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Stereotypes in Media

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Introduction

Stereotypes in Media Everyone has encountered stereotypes. Our society is solely based on face values where we tend to place someone in categories. Prejudicial notations used to define members of a social or ethnic group are called stereotypes. In Content Analysis, gender, class, and race stereotypes thrive in contemporary society, much like they have done throughout human history. With the arrival of television, however, stereotypes assumption have become so pervasive, and so diffused that some call for a serious and purposeful scrutiny of television contents. It's unfortunate that if people see images enough they feed into them, and eventually believe them. Therefore any misconceptions must be corrected; otherwise people will not be living in reality. Instead of seeing real people with real problems and attitudes viewers are plagued with phony fictitious characters that stereotype and ever offend viewers. During prime time hours, men make up the vast majority of characters shown. Whereas women characters, found during this same time frame, are mainly in comedies. ...read more.

Middle

Working-class characters, however, are found predominantly in comedies, where they are presented in class-stereotypical roles. The resulting impressions are that "working class lives are funny, whereas serious drama occurs elsewhere." (Anderson 26) In the same manner, men are mainly dominated on television, except in situation comedies, where low-status women outnumber men in relative dominance. In addition, these stereotypical patterns above are further confounded by race. In terms of race, 66 percent of white actors have positive roles on television but that few actors of Latino, African and Asian descent have such roles." (Fears B1) Although African-American watch television significantly more than whites, they are a small proportion of the characters seen. African Americans have been portrayed as maids, servants or clowns. These negative perceptions started to appear in sitcoms such as in Amos and Andy, who are the stereotypical blacks that never took things seriously. In the television show "Friends", a show watched by millions based on the lives of six friends diverse only by personality. ...read more.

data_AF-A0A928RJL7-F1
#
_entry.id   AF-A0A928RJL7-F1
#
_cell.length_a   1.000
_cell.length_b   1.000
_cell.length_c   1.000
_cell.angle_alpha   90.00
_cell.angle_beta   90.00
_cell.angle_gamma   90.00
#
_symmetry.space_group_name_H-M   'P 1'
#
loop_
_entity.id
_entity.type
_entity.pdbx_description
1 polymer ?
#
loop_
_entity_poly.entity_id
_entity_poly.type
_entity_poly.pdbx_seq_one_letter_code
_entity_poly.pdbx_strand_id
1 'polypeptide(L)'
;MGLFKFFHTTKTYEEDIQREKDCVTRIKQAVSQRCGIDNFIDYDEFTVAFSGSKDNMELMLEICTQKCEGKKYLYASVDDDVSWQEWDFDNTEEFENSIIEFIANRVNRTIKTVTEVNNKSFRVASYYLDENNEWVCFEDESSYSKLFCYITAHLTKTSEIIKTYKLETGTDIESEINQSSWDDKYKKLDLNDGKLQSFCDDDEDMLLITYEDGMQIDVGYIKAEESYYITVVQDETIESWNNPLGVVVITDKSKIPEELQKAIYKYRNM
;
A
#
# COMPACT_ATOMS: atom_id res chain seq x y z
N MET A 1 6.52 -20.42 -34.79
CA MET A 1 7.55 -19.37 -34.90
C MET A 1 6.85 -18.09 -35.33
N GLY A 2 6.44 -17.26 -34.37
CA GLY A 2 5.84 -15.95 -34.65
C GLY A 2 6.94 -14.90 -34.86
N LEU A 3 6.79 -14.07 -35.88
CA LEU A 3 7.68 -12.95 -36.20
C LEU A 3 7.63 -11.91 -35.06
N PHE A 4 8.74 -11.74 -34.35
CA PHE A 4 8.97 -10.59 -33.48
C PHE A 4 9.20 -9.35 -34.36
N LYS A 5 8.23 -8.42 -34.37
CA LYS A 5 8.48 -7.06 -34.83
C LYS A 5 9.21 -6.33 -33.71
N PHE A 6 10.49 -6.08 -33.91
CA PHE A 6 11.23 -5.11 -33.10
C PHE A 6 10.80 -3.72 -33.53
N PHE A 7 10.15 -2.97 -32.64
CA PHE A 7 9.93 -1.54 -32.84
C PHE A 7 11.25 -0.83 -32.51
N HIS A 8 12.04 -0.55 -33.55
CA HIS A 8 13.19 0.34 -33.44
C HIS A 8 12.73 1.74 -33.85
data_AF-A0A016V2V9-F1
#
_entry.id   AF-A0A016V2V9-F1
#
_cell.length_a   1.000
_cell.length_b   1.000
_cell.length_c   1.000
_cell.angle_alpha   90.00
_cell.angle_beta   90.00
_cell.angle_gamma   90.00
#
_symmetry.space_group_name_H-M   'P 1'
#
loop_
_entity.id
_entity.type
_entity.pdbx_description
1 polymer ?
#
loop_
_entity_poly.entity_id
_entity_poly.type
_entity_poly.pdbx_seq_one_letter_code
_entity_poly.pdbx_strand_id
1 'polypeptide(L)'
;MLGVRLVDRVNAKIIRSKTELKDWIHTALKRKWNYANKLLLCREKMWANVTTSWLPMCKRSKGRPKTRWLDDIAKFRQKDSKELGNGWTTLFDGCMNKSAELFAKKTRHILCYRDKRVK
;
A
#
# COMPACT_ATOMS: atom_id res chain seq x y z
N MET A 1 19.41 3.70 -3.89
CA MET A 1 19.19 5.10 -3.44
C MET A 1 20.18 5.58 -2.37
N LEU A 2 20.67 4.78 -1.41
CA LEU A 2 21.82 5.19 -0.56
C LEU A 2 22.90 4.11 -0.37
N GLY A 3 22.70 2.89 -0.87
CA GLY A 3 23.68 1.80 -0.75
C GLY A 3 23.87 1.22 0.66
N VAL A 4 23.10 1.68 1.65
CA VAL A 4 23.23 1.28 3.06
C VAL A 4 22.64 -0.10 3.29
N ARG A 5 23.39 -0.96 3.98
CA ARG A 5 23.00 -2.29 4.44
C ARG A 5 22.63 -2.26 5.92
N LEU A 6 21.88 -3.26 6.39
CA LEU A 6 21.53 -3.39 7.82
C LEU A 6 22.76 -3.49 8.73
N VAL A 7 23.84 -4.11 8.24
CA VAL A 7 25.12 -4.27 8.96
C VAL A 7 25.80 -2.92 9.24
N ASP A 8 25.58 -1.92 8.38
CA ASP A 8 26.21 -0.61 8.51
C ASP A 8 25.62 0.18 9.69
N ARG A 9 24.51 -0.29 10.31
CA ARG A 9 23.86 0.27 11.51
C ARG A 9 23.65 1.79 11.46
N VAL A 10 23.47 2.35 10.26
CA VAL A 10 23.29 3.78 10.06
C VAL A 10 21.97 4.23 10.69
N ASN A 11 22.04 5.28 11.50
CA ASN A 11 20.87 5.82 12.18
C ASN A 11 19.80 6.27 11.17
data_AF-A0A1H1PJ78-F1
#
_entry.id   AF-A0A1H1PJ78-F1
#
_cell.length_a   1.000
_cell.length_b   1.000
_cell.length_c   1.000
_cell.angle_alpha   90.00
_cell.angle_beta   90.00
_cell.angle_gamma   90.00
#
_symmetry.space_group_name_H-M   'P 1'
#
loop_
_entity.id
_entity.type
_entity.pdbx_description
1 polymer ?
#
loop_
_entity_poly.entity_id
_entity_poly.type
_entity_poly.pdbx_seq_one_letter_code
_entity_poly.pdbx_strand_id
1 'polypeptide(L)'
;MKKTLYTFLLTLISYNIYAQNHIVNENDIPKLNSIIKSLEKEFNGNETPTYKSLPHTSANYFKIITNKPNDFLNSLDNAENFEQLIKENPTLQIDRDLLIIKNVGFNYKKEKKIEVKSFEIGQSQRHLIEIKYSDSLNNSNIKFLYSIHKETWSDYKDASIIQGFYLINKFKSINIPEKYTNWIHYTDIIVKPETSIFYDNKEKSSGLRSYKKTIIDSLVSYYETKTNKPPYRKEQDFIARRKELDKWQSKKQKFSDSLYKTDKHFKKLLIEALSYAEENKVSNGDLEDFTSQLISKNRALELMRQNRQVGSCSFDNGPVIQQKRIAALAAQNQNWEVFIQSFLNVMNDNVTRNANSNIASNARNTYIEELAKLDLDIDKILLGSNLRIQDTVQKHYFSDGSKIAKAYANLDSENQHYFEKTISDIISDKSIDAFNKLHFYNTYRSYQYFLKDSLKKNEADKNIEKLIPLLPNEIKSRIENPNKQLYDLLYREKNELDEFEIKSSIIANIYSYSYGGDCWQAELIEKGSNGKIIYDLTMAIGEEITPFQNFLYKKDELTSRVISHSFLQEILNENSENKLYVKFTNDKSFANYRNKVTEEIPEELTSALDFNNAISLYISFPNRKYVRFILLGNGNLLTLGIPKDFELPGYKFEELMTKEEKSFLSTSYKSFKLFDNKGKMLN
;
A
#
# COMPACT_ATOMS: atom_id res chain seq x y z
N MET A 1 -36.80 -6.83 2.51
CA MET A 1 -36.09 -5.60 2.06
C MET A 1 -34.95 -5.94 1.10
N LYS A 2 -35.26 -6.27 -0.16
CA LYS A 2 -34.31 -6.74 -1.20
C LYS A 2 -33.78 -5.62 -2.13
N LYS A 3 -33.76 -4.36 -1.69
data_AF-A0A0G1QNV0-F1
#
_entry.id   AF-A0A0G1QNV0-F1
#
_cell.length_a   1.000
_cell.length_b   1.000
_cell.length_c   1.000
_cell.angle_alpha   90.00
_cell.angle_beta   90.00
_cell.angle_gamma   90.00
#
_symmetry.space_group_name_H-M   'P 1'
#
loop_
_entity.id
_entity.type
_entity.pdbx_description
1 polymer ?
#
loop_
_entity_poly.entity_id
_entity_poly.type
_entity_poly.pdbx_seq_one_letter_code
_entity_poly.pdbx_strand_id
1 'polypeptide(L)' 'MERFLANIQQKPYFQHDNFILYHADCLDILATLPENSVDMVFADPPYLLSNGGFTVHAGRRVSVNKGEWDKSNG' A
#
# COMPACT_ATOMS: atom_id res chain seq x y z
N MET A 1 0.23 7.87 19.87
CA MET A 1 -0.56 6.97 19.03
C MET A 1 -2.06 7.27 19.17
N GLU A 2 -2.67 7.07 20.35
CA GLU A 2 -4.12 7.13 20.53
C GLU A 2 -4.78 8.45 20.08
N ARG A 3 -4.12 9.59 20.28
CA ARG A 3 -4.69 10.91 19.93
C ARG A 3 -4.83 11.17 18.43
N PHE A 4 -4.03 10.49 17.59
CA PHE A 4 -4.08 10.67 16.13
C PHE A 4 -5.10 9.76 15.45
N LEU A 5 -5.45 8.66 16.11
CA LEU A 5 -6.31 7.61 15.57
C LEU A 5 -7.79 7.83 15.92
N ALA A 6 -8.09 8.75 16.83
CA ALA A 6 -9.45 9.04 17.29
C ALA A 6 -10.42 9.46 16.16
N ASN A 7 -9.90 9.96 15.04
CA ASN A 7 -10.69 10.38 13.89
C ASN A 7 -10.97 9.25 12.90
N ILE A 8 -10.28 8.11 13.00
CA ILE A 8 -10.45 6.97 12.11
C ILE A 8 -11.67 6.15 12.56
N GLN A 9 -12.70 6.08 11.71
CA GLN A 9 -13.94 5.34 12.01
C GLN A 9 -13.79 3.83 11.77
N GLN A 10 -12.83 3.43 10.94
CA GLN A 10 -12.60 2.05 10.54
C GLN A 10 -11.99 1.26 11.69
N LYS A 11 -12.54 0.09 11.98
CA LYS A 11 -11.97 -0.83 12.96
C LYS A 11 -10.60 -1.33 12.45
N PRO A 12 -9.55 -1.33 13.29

Conclusion

Television thereby becomes the common basic for social interaction among very widely dispersed and diverse national community, As such it can only be compared, it terms of its function, not to any other medium but to the pre-industrial notion of religion. If television provides for the maintenance of culture, then it must resist social movements that challenge the culture; rather, they defend the traditional system by co-opting new images that social movements generate. Segregation by gender, class, and race juxtaposes the human potential. It expands cultural divides and gives people little access to the lives of others. Therefore, it is not unreasonable to assume that television offers, for some, the only indirect experience of the vastness the human cultural and individual palate has to offer. Unfortunately, in light of all that has been covered above, television fails miserably in portraying the human potential. Despite increased awareness of harmful stereotypes, cultural habits are hard to shake. A simplified worldview centered on stereotypes, however comforting it may be, is only accomplished by the sacrifice of understanding. Therefore, in order to achieve understanding of others, and consequently one's self; one should look elsewhere than towards television. ...read more.

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